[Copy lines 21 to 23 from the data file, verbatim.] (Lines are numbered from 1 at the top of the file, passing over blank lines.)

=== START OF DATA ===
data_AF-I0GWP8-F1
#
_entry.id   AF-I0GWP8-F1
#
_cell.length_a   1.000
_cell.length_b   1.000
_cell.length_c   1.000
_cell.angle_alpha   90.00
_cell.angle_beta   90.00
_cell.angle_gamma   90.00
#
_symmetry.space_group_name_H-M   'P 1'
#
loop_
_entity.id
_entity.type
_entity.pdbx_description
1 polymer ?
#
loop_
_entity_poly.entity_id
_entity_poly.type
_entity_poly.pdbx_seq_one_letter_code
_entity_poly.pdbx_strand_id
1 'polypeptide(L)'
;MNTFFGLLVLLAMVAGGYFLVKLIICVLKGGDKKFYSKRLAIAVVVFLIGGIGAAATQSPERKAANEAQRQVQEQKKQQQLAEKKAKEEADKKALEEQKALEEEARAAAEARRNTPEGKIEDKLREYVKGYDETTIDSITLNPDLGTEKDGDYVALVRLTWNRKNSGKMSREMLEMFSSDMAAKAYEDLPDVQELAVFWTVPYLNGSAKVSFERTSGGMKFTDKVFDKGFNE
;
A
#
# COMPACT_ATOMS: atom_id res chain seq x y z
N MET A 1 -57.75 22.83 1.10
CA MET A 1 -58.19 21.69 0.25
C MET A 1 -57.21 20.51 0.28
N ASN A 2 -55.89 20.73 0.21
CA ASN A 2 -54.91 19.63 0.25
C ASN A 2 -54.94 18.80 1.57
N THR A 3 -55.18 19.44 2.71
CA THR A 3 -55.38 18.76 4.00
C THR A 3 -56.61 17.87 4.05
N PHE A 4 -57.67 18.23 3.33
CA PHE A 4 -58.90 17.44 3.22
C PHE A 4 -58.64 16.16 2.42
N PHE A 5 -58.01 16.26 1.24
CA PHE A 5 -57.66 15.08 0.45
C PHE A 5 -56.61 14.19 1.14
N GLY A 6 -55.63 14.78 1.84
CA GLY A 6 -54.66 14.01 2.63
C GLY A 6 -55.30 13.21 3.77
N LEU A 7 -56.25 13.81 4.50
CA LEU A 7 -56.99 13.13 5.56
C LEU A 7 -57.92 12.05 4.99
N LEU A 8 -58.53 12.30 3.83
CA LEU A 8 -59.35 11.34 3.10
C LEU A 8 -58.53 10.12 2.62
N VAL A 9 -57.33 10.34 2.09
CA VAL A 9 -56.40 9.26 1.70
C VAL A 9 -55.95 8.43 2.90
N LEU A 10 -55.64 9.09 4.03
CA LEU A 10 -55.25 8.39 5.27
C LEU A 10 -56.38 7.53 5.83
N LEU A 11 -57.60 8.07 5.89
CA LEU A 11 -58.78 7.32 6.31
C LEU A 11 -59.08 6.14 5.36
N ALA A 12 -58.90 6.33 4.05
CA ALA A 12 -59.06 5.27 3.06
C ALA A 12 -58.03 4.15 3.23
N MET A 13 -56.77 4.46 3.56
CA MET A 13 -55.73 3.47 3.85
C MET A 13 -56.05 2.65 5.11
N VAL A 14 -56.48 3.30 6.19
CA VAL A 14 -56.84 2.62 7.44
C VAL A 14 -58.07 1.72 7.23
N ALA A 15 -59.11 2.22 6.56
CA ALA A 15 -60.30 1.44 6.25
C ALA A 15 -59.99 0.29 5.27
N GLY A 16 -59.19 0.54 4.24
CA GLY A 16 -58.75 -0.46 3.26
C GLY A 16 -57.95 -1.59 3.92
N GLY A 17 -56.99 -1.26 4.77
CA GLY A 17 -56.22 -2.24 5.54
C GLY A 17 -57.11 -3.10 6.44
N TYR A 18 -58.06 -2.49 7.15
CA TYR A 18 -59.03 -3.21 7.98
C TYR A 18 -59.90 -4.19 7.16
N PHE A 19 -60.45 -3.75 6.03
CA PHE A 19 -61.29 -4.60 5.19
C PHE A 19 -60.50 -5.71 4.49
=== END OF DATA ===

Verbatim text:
_entity_poly.entity_id
_entity_poly.type
_entity_poly.pdbx_seq_one_letter_code